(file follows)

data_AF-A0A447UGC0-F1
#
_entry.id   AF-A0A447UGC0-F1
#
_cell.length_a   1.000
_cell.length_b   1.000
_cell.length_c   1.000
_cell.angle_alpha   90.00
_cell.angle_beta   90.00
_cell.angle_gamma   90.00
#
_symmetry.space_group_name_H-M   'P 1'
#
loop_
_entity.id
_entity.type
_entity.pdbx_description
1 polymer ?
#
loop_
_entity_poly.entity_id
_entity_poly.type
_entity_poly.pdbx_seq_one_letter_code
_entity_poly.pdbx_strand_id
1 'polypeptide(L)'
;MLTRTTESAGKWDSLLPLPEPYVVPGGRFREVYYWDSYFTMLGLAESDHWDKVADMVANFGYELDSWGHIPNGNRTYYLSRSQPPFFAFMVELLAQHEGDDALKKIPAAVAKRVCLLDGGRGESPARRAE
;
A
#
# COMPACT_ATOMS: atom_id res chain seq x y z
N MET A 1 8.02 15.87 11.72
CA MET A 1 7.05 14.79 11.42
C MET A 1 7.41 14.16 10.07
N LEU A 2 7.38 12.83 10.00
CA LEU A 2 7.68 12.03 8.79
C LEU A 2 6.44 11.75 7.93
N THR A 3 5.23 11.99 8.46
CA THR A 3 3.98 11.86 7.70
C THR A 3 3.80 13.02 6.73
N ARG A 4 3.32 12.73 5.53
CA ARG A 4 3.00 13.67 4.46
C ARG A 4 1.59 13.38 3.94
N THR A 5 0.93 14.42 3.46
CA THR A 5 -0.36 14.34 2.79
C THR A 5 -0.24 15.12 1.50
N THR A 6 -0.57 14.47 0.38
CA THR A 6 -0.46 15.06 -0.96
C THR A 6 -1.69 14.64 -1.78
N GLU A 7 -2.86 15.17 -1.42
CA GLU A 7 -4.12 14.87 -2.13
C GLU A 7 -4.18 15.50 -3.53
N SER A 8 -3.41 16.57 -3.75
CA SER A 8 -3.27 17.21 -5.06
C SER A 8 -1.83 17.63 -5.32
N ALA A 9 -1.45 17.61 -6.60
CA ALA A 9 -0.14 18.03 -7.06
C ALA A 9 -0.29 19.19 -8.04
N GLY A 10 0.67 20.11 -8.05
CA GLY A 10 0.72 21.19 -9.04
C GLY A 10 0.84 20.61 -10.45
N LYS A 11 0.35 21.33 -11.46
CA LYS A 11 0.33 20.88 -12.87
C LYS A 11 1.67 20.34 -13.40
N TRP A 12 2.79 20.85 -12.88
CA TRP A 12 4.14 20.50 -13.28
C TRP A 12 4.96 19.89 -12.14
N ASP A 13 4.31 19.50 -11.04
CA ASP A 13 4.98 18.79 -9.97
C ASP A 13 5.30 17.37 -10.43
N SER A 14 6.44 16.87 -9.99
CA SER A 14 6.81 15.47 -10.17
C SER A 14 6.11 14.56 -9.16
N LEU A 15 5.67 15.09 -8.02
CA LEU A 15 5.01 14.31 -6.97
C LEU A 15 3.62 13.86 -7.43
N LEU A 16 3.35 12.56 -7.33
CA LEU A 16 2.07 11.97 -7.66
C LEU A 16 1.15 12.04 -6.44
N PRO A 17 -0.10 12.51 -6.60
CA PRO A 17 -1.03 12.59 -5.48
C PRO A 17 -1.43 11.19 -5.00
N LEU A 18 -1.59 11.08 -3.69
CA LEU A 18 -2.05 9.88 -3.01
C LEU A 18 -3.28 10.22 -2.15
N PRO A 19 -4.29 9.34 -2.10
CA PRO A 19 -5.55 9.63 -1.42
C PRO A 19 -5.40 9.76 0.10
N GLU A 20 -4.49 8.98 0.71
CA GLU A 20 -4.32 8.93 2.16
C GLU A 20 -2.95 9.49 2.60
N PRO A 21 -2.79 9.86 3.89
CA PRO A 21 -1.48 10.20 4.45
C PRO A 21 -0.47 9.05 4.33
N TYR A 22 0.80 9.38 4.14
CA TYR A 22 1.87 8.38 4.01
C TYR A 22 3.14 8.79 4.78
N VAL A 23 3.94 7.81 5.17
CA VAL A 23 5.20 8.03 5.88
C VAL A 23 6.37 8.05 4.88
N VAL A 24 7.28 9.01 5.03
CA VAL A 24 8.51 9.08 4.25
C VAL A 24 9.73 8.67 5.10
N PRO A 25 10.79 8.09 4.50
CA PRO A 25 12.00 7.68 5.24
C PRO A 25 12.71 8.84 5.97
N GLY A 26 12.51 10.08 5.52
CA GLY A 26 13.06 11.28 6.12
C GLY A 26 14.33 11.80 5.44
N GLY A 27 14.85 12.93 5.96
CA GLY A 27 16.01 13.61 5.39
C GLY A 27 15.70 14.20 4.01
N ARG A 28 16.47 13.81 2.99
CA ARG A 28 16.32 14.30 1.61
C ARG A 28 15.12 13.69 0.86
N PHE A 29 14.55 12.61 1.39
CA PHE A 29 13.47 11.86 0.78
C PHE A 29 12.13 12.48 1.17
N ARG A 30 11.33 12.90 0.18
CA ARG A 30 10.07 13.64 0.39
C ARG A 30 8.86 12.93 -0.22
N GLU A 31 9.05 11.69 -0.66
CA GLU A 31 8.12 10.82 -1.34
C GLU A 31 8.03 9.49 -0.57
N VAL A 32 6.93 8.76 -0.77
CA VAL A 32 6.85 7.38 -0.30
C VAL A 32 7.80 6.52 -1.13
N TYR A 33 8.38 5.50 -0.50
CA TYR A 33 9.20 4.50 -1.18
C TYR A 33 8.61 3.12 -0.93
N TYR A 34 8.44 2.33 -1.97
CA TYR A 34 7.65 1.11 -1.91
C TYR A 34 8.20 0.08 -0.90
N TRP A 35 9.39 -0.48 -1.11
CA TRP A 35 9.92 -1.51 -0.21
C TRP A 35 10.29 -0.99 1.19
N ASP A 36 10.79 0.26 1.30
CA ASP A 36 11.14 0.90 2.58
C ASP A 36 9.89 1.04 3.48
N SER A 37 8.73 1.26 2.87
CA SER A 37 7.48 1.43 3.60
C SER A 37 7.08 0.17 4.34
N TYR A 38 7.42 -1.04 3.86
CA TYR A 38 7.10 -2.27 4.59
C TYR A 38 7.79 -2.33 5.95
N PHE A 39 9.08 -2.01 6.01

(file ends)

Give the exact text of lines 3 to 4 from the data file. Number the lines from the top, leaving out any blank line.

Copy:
_entry.id   AF-A0A447UGC0-F1
#